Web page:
Alexander Calder

Calder's Circus

On view
Floor 7



Wire, wood, metal, cloth, yarn, paper, cardboard, leather, string, rubber tubing, corks, buttons, rhinestones, pipe cleaners, and bottle caps

Overall: 54 × 94 1/4 × 94 1/4in. (137.2 × 239.4 × 239.4 cm)

Accession number

Credit line
Purchase, with funds from a public fundraising campaign in May 1982. One half the funds were contributed by the Robert Wood Johnson Jr. Charitable Trust. Additional major donations were given by The Lauder Foundation; the Robert Lehman Foundation, Inc.; the Howard and Jean Lipman Foundation, Inc.; an anonymous donor; The T. M. Evans Foundation, Inc.; MacAndrews & Forbes Group, Incorporated; the DeWitt Wallace Fund, Inc.; Martin and Agneta Gruss; Anne Phillips; Mr. and Mrs. Laurance S. Rockefeller; the Simon Foundation, Inc.; Marylou Whitney; Bankers Trust Company; Mr. and Mrs. Kenneth N. Dayton; Joel and Anne Ehrenkranz; Irvin and Kenneth Feld; Flora Whitney Miller. More than 500 individuals from 26 states and abroad also contributed to the campaign.

Rights and reproductions
© Calder Foundation, New York / Artists Rights Society (ARS), New York

After moving to Paris in 1926, Alexander Calder began to fabricate dozens of tiny figures and props for what would become his most beloved work—titled in French Cirque Calder, and in English Calder’s Circus. Making use of simple, available materials such as wire, wood, metal, cloth, cork, fabric, and string, he constructed ingeniously articulated animals, clowns, and acrobats. In total, the circus consists of an elaborate troupe of over seventy miniature figures and animals, nearly 100 accessories such as nets, flags, carpets, and lamps, and over thirty musical instruments, phonographic records, and noisemakers. In Paris, Calder’s audience would sit on a low bed or crates, munching peanuts and using the noisemakers while Calder choreographed, directed, and performed Calder’s Circus, narrating the actions in English or French. Accompanied by music and lighting, performances could last as long as two hours. Calder’s Circus brought him renown in Paris as he staged it for artist colleagues and friends, including Piet Mondrian, Joan Miró, and Marcel Duchamp. These performances also introduced the kineticism that would become the defining characteristic of Calder’s art from the 1930s onward.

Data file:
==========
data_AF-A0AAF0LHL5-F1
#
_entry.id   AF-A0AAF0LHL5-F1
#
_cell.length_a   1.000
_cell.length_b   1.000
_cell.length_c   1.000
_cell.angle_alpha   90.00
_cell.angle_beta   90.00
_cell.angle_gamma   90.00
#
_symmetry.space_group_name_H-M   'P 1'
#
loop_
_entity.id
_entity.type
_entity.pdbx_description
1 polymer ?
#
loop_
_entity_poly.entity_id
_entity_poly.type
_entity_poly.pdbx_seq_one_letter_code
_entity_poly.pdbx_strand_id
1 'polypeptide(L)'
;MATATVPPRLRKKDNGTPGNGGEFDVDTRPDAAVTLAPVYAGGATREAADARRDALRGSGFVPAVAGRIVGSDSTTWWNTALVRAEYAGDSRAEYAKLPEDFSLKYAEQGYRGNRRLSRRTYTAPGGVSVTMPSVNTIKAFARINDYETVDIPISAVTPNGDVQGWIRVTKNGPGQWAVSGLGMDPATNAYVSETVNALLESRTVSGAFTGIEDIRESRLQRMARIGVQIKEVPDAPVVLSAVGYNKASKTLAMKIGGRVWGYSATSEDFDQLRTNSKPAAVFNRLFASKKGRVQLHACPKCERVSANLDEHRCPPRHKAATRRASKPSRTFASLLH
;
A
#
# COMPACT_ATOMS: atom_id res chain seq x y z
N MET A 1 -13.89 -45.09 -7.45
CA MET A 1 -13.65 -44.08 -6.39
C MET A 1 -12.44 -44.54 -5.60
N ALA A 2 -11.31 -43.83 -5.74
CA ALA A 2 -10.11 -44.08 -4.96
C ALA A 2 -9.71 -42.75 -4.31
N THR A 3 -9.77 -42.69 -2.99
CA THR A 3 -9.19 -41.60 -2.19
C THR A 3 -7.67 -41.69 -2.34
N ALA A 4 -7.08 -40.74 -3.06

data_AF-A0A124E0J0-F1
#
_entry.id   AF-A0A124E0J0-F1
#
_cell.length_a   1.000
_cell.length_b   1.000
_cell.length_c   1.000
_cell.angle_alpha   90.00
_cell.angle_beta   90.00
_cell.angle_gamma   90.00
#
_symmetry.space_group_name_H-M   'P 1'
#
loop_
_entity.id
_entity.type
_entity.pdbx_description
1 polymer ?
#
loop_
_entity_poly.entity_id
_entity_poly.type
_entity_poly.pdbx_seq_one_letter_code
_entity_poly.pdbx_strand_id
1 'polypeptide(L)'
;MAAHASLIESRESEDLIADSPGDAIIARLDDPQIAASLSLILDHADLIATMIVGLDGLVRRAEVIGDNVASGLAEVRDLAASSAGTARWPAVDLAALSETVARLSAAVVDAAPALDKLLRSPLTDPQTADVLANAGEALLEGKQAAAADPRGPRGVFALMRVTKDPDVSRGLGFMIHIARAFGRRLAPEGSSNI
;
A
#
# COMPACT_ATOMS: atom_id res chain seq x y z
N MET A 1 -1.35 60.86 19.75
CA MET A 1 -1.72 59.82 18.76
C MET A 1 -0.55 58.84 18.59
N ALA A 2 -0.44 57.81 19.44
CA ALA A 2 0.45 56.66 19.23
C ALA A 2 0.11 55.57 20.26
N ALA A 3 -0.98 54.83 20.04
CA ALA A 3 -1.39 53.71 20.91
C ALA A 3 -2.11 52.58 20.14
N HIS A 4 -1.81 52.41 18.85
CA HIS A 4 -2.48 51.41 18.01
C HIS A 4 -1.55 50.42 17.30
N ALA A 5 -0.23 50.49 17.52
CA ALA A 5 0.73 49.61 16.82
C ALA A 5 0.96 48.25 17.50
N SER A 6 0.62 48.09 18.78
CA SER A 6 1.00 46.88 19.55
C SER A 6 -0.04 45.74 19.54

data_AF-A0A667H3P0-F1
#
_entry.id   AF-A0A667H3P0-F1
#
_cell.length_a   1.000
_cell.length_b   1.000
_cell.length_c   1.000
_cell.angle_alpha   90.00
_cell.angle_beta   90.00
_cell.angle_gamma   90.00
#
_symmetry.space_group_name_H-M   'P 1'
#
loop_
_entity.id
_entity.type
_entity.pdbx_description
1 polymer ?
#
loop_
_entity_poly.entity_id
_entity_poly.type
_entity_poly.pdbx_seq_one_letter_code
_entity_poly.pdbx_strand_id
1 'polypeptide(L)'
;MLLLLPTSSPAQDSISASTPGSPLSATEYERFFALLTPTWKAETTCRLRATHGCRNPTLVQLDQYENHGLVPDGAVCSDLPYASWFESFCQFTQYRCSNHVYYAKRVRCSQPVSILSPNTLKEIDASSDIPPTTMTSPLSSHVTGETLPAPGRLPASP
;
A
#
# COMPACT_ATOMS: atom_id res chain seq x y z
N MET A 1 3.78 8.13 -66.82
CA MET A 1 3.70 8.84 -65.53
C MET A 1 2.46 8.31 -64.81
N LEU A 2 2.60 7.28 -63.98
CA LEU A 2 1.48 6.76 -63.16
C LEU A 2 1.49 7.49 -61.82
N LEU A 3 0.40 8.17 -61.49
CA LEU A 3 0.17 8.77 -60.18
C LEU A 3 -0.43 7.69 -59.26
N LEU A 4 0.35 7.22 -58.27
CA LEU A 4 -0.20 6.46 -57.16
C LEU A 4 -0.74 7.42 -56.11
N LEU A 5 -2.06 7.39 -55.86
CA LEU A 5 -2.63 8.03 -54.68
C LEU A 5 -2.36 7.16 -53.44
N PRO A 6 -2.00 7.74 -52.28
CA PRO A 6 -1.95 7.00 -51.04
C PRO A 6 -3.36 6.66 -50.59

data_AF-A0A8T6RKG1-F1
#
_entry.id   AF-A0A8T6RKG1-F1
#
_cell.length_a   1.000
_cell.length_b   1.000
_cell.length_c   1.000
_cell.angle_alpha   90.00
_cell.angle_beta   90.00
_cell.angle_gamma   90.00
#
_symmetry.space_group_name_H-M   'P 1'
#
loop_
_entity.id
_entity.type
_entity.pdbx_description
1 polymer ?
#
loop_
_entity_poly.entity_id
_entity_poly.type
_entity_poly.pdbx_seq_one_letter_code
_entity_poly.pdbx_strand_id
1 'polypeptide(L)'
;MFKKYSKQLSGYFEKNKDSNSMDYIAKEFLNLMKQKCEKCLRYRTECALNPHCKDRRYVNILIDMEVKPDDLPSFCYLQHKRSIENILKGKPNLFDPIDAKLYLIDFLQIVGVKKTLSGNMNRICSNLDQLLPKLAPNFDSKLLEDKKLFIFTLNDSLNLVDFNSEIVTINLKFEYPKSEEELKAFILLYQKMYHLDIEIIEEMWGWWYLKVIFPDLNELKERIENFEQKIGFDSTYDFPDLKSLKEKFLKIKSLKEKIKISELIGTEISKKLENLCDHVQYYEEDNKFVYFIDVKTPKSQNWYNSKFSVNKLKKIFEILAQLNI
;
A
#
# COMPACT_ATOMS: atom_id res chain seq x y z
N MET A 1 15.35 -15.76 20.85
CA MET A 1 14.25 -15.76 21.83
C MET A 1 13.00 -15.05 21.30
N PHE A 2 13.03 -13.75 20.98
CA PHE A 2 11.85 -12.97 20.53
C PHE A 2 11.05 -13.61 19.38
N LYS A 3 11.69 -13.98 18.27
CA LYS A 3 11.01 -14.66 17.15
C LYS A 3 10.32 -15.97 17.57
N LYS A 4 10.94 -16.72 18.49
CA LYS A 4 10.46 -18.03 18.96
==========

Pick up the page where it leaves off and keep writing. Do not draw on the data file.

• The Whitney's Collection: Selections from 1900 to 1965, Spanish

    Alexander Calder, Calder’s Circus, 1926-31

    Alexander Calder, Calder’s Circus, 1926-31


    Bill Irwin: Damas y caballeros, mesdames et messieurs, les damos la bienvenida al circo. A partir de 1926, Calder combinó su fascinación por el movimiento, los animales y la caricatura en Le Cirque Calder

    Narrador: El actor Bill Irwin.

    Bill Irwin: Lo que ven aquí es una serie de actos, cada uno compuesto por diferentes personajes: los acróbatas, una mujer barbuda, un domador de leones y su león. En cada función, Calder operaba las piezas y figuras ante el público, en la misma pista, un acto a la vez. 

    Hacía las gradas con cajones y tablones de madera; alzaba dos postes altos para la cuerda floja y el trapecio; repartía platillos, matracas y otros objetos ruidosos; reproducía discos en el gramófono y brindaba a los invitados un espectáculo nocturno completo. Es lo que podría describirse como la primera instancia de arte interpretativo.